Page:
In what it describes as "exceptional circumstances" the FCA has issued a Final Notice against Mohammed Ataur Rahman Prodhan, a former Chief Executive Officer of Sonali Bank (UK) Limited (SBUK).
Mr Prodhan is a Bangladesh National who relocated to the UK in April 2012 to be appointed the CEO and company secretary of SBUK. He returned to Bangladesh in May 2015 to work in senior roles in the Bangladesh financial sector and retired in August 2022.
In 2010, as part of thematic work considering financial crime controls at smaller firms, the FCA (then called the Financial Services Authority – FSA) visited SBUK and notified it of serious concerns about SBUK's AML controls. A follow up visit by the FCA in January 2014 identified further concerns and a skilled person was appointed. In July 2014 that skilled person reported that there were "systemic" AML failings arising from "a lack of understanding and implementation of systems and controls throughout the Bank." As a result, the FCA appointed investigators on 30 September 2014.
In April 2016, following settlements with SBUK and its MLRO, Steven Smith, the FCA issued final notices which imposed fines on both. The FCA imposed a restriction on SBUK preventing the acceptance of deposits for 168 days and prohibiting Mr Smith from performing the MLRO or compliance oversight functions at regulated firms.
The FCA also sought to impose a fine on Mr Prodhan, and two years later, in May 2018, following a hearing before the FCA's regulatory decisions committee (RDC), the FCA issued a decision notice against Mr Prodhan imposing a financial penalty of £76,400. The FCA found that Mr Prodhan had failed to take reasonable steps to ensure that AML risks were adequately identified, assessed, and documented and that he had relied on information and assurances provided by the MLRO without carrying out independent checks. Mr Prodhan breached statement of Principle 6 (exercising due skill, care and diligence in managing the business of the firm for which he was responsible) and was knowingly concerned in SBUK's breach of Principle 3 "A firm must take reasonable care to organise and control its affairs responsibly and effectively, with adequate risk management systems." We reported on that decision in Enforcement Watch 27.
Following service of the decision notice Mr Prodhan referred the notice to the Upper Tribunal for a fresh hearing.
Some four years after that reference, and eight years after first appointing investigators, the FCA and Mr Prodhan have entered into a settlement agreement whereby Mr Prodhan has withdrawn his reference to the Upper Tribunal and agreed to accept a public censure in substitution for the £76,400 penalty. In the published Final Notice, the FCA explains that "were it not for the exceptional circumstances in this matter, the Authority would have sought to impose a financial penalty of £76,400 on Mr Prodhan". Although of course, this was without any determination by the Tribunal.
The facts and matters set out in the Final Notice largely mirror those in the original Decision Notice and so it appears that the settlement between Mr Prodhan and the FCA has not substantively changed any findings.
The exceptional circumstances referred to by the FCA to justify the settlement were that
- Mr Prodhan has returned to Bangladesh where he now resides. As a consequence, Mr Prodhan has no residual links to, nor assets in, the UK;
- Mr Prodhan recently retired from employment;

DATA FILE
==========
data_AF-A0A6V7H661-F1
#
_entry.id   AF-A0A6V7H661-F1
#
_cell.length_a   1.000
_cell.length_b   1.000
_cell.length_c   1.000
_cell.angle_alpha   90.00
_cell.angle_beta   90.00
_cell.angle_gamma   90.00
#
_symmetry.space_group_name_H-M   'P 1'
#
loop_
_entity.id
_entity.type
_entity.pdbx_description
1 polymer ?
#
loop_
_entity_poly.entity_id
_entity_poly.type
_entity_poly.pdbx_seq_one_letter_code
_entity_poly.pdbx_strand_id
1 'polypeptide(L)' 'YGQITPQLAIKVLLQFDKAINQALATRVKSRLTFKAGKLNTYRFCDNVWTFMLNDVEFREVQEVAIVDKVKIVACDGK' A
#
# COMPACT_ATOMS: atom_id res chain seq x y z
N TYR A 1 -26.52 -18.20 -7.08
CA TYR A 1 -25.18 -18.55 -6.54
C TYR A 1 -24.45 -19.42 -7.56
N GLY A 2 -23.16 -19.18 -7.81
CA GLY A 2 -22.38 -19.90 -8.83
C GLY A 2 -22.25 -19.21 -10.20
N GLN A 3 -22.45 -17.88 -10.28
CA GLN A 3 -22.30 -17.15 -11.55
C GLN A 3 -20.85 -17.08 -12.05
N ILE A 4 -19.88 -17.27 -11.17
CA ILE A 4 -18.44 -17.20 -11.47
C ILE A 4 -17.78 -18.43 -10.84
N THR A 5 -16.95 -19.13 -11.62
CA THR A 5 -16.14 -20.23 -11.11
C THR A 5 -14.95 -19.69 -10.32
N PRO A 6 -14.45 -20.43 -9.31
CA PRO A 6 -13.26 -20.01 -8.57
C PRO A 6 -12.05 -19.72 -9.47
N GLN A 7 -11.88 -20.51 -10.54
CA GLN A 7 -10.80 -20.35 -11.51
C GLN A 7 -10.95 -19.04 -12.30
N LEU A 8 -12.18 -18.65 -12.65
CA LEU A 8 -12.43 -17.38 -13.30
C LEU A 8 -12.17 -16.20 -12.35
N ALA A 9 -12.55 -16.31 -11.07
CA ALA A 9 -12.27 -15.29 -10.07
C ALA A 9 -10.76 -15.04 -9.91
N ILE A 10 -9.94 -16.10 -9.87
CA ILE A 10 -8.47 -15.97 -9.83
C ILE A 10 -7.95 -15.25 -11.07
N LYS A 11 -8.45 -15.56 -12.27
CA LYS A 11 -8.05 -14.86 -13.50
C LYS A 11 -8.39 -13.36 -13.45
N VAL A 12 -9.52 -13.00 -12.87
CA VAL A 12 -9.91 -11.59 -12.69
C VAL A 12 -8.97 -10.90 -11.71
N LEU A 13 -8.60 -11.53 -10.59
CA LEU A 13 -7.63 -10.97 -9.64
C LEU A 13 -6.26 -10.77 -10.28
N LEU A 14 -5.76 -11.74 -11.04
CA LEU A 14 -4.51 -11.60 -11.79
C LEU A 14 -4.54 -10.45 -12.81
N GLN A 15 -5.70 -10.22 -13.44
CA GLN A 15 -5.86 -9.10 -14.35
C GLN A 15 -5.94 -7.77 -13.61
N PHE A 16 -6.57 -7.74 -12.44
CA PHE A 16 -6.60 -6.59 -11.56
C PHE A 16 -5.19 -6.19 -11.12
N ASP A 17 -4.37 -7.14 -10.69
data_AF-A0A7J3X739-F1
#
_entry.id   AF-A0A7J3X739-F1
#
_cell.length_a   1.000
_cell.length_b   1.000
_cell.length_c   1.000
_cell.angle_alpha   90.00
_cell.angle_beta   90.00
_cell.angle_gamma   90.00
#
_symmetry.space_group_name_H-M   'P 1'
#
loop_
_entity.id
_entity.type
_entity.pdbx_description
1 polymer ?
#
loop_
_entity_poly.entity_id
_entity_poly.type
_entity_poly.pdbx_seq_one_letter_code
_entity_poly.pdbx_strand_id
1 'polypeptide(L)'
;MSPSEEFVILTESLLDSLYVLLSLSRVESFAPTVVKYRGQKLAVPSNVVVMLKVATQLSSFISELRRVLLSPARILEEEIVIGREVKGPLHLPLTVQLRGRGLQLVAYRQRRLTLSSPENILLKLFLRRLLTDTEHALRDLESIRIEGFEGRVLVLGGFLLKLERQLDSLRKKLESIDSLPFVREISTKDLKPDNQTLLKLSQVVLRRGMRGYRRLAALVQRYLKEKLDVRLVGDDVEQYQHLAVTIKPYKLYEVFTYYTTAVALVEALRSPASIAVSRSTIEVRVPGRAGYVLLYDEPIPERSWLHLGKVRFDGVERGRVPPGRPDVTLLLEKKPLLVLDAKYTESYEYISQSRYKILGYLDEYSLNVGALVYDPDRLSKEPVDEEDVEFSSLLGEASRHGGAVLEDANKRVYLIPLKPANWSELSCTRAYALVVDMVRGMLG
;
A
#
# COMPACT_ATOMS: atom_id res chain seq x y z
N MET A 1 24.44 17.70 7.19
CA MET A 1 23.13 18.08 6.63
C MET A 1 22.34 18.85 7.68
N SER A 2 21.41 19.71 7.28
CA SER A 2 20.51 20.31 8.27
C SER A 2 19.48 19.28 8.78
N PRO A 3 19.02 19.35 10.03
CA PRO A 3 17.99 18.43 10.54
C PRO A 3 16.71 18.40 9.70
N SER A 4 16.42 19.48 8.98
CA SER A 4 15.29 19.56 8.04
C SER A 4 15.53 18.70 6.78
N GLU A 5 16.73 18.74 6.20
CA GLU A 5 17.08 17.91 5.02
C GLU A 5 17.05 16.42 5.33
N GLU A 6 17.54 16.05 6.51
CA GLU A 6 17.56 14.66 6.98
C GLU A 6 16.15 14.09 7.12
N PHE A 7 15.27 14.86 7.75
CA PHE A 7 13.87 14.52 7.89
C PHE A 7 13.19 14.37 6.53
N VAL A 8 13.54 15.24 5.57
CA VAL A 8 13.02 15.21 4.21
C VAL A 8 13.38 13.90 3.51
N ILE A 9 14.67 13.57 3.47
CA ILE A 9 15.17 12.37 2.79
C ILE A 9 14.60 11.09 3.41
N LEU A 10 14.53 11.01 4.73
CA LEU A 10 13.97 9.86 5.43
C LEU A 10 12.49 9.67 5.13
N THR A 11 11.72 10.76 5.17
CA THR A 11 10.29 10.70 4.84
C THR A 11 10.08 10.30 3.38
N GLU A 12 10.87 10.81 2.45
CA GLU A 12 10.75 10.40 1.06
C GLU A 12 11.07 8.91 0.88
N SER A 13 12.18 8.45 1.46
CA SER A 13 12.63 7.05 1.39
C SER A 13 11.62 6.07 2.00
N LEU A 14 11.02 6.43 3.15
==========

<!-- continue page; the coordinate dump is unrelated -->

- Mr Prodhan has ongoing personal conditions which limit his ability to travel to the UK, to participate in a hearing of the Reference or otherwise; and
- the length of time which has elapsed since Mr Prodhan’s misconduct (some 10 years) contributes to an increasing risk of the Reference not being able to be determined fairly.
In its press release, the FCA explained that delays to the tribunal procedure were as a result of the pandemic and limitations on Mr Prodhan's ability to travel.
The FCA's Director of Enforcement, Mark Steward, explained that "While a financial penalty was appropriate in this case, prolonged litigation to enforce a penalty that is unlikely to be paid against a person who may not be able to travel to the UK to explain himself in person to the Upper Tribunal is neither practical nor fair. In these exceptional circumstances, a public censure is an appropriate resolution of the case."
This is an unusual outcome and, in many respects, somewhat surprising – particularly with regard to some of the factors which the FCA uses to justify entering into the regulatory settlement with Mr Prodhan. The fact that an FCA debt may be difficult to collect would not ordinarily justify a regulator agreeing with a subject not to impose a penalty. Regulators do not impose penalties to generate revenue - their purpose is in part to act as a deterrent to others and inability to collect is not usually a factor. Similarly, the fact that an individual has retired, could be a consideration in determining whether it is necessary to prohibit an individual from the industry as a protective measure, but it is difficult to see why it would be relevant when deciding whether to impose a penalty (unless the retirement was forced by the subject's wrongdoing and hence a mitigating factor).
We do agree with the FCA, that an investigation and disciplinary process which takes 10 years creates a risk of a Reference not being able to be determined fairly. When the Financial Services and Markets Act 2000 came into force in 2001, the FCA had two years from when it became aware of a subject's misconduct to initiate disciplinary proceedings (by issuing a warning notice). Legislation has increased this period from two, to three and now six years and in our experience the FCA can and does take this long to conclude its investigations to the detriment of those it investigates. This case is a reminder that a lengthy process can and does lead to unfairness.